lunedì 3 giugno 2019

Writing awesome antagonists


You guys asked for it. So, here ya go:

1. An antagonist isn’t necessarily a villain

  • When I hear the word ‘villain’, I think of someone with sinister/evil intentions. Someone who wants to rule the world or ruins nature by using dark magic or kicks puppies. These characters can be great in stories, but they’re not the only option for conflict.
  • An antagonist can be your protagonist’s competitor, an overprotective loved one, someone with a different view, or even a different side of the protagonist themself (think Dr Jekyll and Mr Hyde).
  • If your aim is to write an antagonist (who may or may not be a villain),then this post is for you!

2. Motivation is the holy grail

  • Do not make your antagonist evil for the sake of being evil. The most famous example of this is Iago in the Shakespeare play Othello (yes, Shakespeare made mistakes. Deal with it.)
  • In children’s stories or melodramatic stage plays, it’s fine if your villain simply exists because there has to be someone evil to oppose the MC’s good. But if you’re writing anything MG or higher, this isn’t gonna cut it anymore.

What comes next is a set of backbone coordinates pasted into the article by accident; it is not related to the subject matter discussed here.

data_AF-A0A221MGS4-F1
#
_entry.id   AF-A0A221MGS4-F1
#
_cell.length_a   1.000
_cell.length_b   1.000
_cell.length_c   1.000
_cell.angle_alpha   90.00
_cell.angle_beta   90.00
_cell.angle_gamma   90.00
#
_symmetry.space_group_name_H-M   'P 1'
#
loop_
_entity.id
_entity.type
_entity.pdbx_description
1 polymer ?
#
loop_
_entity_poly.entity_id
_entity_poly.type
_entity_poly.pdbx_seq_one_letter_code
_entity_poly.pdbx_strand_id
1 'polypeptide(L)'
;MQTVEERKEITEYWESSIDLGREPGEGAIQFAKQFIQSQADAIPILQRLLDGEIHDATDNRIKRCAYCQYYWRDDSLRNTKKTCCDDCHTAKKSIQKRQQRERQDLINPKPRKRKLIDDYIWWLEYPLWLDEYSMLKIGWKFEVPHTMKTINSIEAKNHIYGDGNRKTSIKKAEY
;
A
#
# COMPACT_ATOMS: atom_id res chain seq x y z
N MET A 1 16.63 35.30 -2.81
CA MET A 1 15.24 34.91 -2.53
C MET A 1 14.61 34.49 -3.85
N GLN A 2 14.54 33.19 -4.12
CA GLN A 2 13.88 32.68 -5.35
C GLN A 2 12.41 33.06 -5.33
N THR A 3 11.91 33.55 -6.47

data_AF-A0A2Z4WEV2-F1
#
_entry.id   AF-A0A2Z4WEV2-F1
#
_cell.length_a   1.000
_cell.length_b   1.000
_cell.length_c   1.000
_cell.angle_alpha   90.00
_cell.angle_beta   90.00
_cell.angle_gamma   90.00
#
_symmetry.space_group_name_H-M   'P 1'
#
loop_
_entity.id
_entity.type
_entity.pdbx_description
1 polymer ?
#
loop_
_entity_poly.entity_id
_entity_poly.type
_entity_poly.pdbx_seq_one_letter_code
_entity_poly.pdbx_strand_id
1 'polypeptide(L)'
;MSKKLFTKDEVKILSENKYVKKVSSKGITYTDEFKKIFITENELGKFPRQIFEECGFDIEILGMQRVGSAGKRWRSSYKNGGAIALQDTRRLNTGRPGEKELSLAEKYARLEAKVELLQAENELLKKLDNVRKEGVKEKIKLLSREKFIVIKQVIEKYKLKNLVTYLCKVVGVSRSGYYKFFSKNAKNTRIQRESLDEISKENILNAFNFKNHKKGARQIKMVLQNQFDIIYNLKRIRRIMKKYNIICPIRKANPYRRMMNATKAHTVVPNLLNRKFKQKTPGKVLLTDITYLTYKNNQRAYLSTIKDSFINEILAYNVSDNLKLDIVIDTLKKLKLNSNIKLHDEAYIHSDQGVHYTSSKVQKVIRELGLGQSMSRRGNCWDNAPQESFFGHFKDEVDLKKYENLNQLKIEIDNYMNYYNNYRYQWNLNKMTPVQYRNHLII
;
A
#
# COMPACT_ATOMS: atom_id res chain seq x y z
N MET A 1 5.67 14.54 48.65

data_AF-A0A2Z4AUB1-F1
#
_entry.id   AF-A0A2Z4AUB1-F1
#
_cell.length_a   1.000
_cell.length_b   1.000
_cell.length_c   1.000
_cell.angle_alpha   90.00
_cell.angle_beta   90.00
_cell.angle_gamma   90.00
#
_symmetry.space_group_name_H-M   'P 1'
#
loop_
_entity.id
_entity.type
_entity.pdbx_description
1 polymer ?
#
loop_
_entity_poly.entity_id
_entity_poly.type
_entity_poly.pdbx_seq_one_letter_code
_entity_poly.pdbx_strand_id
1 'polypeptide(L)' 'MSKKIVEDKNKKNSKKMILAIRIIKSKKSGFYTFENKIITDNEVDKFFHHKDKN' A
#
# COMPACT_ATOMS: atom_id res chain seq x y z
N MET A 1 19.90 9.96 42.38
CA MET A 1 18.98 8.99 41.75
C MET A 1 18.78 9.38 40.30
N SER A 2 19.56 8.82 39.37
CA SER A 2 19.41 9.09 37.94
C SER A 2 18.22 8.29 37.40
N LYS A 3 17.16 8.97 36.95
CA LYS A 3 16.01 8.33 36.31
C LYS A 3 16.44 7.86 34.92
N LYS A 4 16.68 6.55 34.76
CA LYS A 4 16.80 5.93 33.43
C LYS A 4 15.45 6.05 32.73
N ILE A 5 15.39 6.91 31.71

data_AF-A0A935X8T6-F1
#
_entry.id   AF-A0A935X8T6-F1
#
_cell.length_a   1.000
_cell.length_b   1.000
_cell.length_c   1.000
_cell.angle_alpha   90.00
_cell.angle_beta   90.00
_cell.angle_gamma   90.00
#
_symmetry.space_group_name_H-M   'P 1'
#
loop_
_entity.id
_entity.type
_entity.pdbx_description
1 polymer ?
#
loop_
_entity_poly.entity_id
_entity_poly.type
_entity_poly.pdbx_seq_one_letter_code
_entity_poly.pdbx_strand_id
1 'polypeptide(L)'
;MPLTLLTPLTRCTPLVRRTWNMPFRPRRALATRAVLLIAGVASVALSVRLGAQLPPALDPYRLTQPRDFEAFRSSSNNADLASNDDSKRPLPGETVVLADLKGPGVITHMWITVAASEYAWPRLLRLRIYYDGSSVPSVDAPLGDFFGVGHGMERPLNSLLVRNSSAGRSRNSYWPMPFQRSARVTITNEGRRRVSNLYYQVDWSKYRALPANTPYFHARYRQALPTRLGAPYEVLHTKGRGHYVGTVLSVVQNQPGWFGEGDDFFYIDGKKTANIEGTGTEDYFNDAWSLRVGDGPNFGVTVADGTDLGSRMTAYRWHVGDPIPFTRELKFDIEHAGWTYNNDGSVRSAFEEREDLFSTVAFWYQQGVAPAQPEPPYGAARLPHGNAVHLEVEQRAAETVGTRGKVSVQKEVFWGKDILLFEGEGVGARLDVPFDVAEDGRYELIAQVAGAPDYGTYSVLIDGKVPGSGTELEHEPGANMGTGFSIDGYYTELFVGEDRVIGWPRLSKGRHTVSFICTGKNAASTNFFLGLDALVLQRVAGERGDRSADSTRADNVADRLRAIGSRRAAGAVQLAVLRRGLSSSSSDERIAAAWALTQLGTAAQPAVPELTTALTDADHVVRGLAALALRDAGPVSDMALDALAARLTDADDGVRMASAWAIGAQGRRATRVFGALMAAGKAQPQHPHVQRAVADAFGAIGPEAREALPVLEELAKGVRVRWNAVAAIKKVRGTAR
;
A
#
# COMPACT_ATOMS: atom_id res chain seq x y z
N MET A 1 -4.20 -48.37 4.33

• People are complicated. They have different morals, beliefs and alliances. But most people believe that they are good, that they are justified in the way they act and treat others. So, even though a great amount of people are dicks, they don’t think they are.
  • This should translate to your antagonist. They need to have a reason for opposing the protagonist. The first thing you should determine for each character in your book, is their fundamental motivation. What is it that they want/are striving for? Is your antagonist ambitious above all else and they are determined to become King? Is she trying to kill your MC because their blood is the only cure to some alien disease. Are they scared of the unknown and detest the protag because of their ancestry? Whatever the case is, it needs to be a real, identifiable and strong motive.
  • If you want to go into a more evil direction and use an inherently flawed/dangerous motivation, I would suggest linking it to solid reasons. e.g. If you’re writing something like the evil queen in Snow White, you need to link her psychopathic vanity to the flaws of the society she grew up in or the way she was treated as a child etc. Maybe the character has antisocial personality disorder (psychopathy) or was raised to squash all competition etc.
  • Motivation is even more important if you intend to write some scenes from the perspective of the antagonist

3. Near invincibility

  • You can have more than one antagonist in your story, but the big baddie should be REALLY big.
  • The main antagonist needs to be the biggest thing your protagonist has ever had to face. And they need to be a more-than-worthy opponent.
  • This ups the tension in your novel, since the reader will be anticipating the final showdown and truly wondering whether the MC will be able to come out on top.